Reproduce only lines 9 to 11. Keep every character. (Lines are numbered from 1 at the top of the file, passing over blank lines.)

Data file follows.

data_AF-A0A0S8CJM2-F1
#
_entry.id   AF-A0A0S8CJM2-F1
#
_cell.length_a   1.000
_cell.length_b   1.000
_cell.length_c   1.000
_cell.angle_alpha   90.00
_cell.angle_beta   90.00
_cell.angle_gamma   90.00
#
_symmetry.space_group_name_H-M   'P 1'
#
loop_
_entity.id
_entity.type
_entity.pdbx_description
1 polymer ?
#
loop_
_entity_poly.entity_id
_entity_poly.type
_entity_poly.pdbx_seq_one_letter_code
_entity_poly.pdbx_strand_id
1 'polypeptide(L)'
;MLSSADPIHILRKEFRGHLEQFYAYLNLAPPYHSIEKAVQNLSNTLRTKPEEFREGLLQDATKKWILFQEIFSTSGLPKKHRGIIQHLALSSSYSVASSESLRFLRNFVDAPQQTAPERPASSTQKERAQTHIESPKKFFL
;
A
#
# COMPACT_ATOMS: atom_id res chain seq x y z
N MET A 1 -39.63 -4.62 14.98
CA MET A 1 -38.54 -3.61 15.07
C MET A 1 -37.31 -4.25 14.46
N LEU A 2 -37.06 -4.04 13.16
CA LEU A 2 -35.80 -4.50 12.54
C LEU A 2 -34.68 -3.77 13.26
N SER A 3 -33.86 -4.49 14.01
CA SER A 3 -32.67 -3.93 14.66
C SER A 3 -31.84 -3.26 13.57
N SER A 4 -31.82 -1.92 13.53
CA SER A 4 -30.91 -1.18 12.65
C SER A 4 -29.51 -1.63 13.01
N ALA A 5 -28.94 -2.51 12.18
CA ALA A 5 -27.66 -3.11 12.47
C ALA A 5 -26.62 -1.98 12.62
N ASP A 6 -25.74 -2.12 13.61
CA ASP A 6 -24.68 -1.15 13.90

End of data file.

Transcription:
_cell.angle_beta   90.00
_cell.angle_gamma   90.00
#